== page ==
Indian Condiment Company Brooklyn Delhi Now Makes Curry Ketchup and Curry Mustard

Both products will be available at Whole Foods nationwide as well as on Brooklyn Delhi’s website.

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“The curry ketchup is very South Indian in flavor, so it’ll be interesting to see if consumers grab for it,” Agrawal says. Photo of condiments and a Der Pioneer hot dog courtesy of Brooklyn Delhi.

When, at a trade show, a Whole Foods’ buyer approached Chitra Agrawal, owner of Brooklyn Delhi, a small-batch Indian condiments company, admitted to being a fan of Agrawal’s award-winning achaars (Indian pickled condiments) and asked her for a sample of her curry ketchup, she immediately returned to her AirBnB rental and whipped up a batch. “It’s basically a recipe I would make at home,” she said. “It’s homemade ketchup infused with my tomato achaar.”

When the same buyer, having loved the curry ketchup, asked for a companion curry mustard, Agrawal once again returned to the kitchen—this time, her own Brooklyn kitchen—and perfected a recipe that she had been tinkering with for ages.

This month, both products will be available at Whole Foods nationwide as well as on her website. This is Agarwal’s first national product launch; her other products are only available in regional Whole Foods stores as well as specialty stores in and around Brooklyn.

Like Brooklyn Delhi’s achaars , the company’s new condiments reflect Agrawal’s modern, mash-up approach to home cooking, popularized on her blog, “ABCD’s of Cooking,” and in her debut cookbook, Vibrant India: Fresh Vegetarian Recipes from Bangalore to Brooklyn. “These [condiments] are things we use and eat in our house,” she said. “I felt like I was going back to my ‘roots’ with these two products.”

Agrawal’s stresses that Brooklyn Delhi’s curry ketchup is nothing like Currygewürzketchup, or German curry ketchup. “I liken its flavor to Maagi [ketchup],” which is ubiquitous in India, she said. She pairs her fiery and tart condiment—flavored with fresh garlic, ground chili peppers, tamarind, fenugreek seed powder, mustard seeds, turmeric and asafetida—with scrambled eggs or grilled cheese; her husband dollops it on bratwurst or burgers.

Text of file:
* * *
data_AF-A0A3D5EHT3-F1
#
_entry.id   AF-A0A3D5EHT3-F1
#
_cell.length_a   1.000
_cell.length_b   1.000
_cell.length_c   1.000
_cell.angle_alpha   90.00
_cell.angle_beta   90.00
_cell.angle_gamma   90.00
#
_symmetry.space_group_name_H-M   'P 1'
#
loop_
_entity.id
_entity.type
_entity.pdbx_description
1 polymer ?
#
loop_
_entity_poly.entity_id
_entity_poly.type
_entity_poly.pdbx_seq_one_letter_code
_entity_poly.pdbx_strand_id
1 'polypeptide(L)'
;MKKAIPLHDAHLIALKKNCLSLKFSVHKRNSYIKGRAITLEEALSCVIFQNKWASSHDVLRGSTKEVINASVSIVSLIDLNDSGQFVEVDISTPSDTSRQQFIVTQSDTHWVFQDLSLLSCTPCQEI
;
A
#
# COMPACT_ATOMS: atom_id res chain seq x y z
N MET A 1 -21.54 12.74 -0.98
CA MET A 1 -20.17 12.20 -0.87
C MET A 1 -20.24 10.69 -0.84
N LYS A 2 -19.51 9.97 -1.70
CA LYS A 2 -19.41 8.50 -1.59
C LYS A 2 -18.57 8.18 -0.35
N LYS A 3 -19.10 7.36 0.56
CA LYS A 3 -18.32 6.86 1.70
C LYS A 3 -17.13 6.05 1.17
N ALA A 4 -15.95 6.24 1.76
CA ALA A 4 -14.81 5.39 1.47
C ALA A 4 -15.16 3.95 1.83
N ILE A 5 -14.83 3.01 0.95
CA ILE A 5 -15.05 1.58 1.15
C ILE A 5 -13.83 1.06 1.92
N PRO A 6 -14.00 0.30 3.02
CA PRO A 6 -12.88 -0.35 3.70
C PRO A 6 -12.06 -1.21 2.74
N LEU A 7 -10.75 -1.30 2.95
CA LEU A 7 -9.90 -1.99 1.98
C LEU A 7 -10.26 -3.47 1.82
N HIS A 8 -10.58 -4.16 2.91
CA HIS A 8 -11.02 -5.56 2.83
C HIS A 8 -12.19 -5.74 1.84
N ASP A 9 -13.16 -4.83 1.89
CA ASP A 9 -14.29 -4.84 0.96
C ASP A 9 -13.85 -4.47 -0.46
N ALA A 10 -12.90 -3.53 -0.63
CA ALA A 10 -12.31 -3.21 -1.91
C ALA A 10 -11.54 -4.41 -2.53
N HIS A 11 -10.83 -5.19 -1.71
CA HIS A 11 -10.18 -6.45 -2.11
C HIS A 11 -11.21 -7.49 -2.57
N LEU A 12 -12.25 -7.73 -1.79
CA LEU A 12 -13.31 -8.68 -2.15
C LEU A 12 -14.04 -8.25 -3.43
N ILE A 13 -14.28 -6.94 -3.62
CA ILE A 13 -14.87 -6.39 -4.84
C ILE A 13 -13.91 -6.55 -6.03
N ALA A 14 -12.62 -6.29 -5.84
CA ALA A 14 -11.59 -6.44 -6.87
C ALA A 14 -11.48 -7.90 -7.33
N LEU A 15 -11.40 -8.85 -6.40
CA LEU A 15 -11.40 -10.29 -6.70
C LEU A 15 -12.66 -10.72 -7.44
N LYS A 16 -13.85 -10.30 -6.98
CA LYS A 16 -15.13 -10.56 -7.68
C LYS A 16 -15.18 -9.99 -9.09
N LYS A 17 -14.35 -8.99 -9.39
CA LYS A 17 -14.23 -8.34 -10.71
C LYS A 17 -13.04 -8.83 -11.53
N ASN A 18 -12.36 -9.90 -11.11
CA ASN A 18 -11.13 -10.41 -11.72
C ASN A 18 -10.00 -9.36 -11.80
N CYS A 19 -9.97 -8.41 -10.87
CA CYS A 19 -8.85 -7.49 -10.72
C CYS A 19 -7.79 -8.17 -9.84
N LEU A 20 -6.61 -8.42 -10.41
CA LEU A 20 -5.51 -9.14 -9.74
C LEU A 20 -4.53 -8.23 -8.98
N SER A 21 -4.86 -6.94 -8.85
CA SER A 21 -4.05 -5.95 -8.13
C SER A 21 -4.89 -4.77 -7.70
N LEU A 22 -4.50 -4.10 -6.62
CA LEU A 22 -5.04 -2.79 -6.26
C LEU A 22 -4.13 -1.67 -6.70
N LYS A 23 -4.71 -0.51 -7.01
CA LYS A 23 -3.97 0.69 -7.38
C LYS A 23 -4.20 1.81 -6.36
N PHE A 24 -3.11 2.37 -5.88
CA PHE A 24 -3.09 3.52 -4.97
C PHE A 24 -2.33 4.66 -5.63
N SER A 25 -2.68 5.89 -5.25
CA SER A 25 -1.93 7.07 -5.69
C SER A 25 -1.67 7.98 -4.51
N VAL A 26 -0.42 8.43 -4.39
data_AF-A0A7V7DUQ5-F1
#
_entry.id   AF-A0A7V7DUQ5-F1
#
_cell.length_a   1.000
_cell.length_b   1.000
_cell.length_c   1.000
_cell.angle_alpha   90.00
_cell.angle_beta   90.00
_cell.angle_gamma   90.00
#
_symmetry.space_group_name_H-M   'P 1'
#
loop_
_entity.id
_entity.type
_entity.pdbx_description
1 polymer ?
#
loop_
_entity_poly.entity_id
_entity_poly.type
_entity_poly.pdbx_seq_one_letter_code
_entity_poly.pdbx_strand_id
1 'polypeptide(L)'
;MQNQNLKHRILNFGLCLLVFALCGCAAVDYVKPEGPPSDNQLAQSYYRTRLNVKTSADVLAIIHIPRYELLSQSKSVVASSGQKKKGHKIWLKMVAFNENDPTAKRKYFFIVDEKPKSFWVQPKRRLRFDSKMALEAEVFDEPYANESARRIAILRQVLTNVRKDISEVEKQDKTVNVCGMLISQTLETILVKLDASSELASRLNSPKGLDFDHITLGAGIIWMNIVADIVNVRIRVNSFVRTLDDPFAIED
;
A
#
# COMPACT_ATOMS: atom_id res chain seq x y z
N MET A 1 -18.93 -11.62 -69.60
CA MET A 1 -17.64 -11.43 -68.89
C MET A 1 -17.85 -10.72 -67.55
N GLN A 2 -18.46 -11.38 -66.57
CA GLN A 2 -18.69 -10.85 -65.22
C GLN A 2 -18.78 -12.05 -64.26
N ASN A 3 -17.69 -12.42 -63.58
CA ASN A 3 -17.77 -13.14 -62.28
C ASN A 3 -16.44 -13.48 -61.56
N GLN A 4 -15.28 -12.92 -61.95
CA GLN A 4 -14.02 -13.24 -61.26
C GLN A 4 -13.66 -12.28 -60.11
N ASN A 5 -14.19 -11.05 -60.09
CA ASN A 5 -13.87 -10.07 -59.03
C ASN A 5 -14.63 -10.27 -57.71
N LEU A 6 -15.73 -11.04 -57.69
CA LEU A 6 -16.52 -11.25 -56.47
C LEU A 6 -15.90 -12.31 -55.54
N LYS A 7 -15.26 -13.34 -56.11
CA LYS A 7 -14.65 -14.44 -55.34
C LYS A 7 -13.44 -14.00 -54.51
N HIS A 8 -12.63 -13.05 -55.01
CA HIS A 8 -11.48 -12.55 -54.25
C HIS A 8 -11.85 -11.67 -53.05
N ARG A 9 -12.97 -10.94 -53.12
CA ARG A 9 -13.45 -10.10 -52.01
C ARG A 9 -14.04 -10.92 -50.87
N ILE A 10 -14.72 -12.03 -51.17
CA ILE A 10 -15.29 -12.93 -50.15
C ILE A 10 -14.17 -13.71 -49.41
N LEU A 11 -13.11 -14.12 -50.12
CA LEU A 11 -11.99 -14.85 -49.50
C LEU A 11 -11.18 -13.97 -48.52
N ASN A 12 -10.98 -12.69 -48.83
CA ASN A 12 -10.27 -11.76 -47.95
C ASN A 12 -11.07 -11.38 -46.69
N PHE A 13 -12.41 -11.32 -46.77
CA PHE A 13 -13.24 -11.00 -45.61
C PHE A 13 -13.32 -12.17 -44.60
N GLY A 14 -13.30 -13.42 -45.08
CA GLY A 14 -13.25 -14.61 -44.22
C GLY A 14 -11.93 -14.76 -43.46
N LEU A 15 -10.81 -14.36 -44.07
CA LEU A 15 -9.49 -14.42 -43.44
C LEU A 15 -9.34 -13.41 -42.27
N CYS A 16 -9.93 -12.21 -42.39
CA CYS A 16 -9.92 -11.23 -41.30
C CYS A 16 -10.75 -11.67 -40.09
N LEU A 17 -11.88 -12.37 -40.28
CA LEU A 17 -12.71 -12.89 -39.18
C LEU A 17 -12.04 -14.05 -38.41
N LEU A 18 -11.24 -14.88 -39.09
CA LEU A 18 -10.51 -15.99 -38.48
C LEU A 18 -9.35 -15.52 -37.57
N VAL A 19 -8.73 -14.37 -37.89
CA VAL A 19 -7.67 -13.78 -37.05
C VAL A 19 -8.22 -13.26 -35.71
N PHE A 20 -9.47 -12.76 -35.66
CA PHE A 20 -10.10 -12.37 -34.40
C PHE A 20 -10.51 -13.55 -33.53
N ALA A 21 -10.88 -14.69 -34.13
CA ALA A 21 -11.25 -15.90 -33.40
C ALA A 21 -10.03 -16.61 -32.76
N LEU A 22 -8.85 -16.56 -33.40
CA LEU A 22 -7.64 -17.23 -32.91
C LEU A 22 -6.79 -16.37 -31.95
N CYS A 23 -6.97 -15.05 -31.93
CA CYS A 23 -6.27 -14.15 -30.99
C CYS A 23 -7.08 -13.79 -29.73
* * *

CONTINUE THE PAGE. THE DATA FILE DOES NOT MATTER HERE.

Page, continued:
Her curry mustard, in contrast, is sweet, tangy and earthy: it features both brown and yellow whole mustard seeds, brined overnight and ground, as well as yellow mustard powder. This toothy condiment is infused with tamarind, apple cider vinegar, brown sugar, coriander, cumin, paprika, turmeric, garlic, ginger and cinnamon. Agrawal’s also pairs this with grilled cheese—“sharp cheddar with raw onions and cilantro,” she said—or folds it into potato salad along with mayonnaise combined with Brooklyn Delhi’s roasted garlic achaar.

“I’m really thrilled to unveil something new,” she said. “The curry ketchup is very South Indian in flavor, so it’ll be interesting to see if consumers grab for it.”

Try more of Agrawal’s recipes with her spiced spring vegetable and coconut polenta and green yogurt curry with summer squash

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Pooja Makhijani

Pooja Makhijani writes children's books, essays, and articles, and also develops educational media and curricula.